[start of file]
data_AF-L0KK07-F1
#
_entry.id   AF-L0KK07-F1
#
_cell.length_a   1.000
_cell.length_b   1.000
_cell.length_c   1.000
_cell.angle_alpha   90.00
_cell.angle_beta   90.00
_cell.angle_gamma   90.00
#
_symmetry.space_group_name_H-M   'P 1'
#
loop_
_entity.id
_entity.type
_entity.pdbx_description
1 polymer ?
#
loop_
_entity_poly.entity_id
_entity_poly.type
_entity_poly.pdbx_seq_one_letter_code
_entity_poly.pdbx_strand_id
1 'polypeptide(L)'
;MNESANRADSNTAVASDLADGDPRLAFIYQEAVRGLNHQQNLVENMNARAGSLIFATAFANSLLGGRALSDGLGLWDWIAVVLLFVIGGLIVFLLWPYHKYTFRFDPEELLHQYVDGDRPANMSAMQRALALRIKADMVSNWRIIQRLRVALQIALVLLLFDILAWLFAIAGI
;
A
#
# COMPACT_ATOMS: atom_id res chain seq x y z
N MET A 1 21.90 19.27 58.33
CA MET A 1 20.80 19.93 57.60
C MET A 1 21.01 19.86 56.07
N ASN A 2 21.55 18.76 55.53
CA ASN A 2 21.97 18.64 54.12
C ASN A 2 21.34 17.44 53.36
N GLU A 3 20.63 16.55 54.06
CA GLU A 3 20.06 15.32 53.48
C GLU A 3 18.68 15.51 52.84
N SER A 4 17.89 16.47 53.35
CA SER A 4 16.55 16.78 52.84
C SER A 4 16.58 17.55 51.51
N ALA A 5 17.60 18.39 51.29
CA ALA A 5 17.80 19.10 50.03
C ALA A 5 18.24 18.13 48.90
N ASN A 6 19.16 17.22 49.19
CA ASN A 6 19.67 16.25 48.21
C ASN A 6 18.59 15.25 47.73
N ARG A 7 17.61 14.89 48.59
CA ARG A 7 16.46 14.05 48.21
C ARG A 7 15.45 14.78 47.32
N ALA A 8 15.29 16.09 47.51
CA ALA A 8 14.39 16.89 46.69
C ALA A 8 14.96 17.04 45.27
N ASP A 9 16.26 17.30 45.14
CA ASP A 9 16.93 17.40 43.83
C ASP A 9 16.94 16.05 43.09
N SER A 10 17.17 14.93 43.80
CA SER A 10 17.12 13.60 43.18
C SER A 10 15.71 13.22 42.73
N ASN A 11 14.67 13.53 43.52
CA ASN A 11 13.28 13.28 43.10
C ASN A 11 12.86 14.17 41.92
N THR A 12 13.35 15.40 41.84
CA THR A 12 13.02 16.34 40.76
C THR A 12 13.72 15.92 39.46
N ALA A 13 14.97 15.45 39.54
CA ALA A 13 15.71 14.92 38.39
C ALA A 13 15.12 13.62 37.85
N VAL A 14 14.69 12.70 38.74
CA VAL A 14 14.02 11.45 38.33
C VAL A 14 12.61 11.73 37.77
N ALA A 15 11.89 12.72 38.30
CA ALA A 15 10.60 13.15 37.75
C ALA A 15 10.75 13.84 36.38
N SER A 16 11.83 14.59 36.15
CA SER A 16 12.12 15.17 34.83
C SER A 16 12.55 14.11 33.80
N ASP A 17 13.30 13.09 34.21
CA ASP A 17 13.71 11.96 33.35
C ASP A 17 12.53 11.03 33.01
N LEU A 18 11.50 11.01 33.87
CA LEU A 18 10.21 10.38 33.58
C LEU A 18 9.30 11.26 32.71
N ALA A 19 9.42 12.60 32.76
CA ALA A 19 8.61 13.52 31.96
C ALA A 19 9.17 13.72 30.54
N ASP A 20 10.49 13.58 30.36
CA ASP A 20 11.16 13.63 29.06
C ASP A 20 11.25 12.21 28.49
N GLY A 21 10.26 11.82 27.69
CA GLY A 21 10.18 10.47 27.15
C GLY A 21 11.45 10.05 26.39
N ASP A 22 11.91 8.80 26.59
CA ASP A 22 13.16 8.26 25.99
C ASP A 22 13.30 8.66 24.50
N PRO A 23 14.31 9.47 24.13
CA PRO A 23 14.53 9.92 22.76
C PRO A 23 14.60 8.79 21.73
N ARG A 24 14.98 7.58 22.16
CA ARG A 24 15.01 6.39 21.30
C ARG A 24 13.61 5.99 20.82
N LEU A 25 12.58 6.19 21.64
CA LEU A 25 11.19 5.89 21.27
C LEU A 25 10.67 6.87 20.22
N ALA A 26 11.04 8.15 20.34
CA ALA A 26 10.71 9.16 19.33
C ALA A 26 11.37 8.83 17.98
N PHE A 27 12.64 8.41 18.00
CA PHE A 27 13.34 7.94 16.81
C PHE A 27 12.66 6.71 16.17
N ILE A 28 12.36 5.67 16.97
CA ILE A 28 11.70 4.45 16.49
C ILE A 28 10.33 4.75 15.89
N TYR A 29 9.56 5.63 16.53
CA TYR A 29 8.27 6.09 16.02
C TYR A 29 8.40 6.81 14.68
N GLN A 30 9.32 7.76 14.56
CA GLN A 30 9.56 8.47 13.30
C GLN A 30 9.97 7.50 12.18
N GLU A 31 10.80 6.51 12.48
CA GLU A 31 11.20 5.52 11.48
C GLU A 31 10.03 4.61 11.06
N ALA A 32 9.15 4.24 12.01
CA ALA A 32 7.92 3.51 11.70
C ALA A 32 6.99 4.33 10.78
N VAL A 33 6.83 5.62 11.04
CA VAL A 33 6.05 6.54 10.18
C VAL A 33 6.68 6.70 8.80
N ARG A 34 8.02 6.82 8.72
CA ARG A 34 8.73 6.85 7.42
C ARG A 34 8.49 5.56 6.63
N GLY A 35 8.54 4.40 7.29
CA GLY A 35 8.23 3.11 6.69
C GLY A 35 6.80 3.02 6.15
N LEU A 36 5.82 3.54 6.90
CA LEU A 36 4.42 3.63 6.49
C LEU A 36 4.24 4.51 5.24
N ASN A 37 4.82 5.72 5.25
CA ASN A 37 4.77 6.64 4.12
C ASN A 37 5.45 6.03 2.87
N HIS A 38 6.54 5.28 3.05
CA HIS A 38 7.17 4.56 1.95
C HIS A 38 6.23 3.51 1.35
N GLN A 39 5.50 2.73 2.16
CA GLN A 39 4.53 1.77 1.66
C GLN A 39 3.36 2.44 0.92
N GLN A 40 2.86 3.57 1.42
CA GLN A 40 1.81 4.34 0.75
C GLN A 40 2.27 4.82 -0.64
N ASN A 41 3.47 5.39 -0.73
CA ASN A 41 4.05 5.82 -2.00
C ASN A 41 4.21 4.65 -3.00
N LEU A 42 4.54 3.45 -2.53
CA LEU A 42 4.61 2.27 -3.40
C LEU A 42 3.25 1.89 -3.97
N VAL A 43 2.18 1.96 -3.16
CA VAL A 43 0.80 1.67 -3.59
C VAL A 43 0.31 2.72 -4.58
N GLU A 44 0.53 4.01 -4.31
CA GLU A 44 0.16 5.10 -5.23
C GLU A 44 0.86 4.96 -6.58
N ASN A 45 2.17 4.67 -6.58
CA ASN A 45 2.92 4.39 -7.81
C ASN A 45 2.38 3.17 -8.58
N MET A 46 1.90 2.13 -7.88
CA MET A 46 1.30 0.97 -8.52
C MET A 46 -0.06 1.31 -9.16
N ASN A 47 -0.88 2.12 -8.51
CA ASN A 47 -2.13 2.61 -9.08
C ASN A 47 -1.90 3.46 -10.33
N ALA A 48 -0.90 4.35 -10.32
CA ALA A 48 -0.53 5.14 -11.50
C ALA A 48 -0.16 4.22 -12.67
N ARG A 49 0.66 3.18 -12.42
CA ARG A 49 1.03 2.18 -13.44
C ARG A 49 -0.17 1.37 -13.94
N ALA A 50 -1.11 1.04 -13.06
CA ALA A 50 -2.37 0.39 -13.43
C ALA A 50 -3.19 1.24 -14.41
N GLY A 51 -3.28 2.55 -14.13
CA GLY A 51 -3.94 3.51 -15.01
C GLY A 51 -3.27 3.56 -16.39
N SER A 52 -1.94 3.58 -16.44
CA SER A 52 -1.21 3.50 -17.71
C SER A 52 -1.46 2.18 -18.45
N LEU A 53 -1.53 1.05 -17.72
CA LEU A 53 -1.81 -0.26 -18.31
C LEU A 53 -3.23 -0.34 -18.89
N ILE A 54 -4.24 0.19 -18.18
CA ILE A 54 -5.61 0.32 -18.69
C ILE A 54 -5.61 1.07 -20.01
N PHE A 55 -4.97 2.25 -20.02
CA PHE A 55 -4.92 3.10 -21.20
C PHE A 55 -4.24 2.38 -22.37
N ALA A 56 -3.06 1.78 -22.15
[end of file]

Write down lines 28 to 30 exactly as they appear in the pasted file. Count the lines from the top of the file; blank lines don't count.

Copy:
A
#
# COMPACT_ATOMS: atom_id res chain seq x y z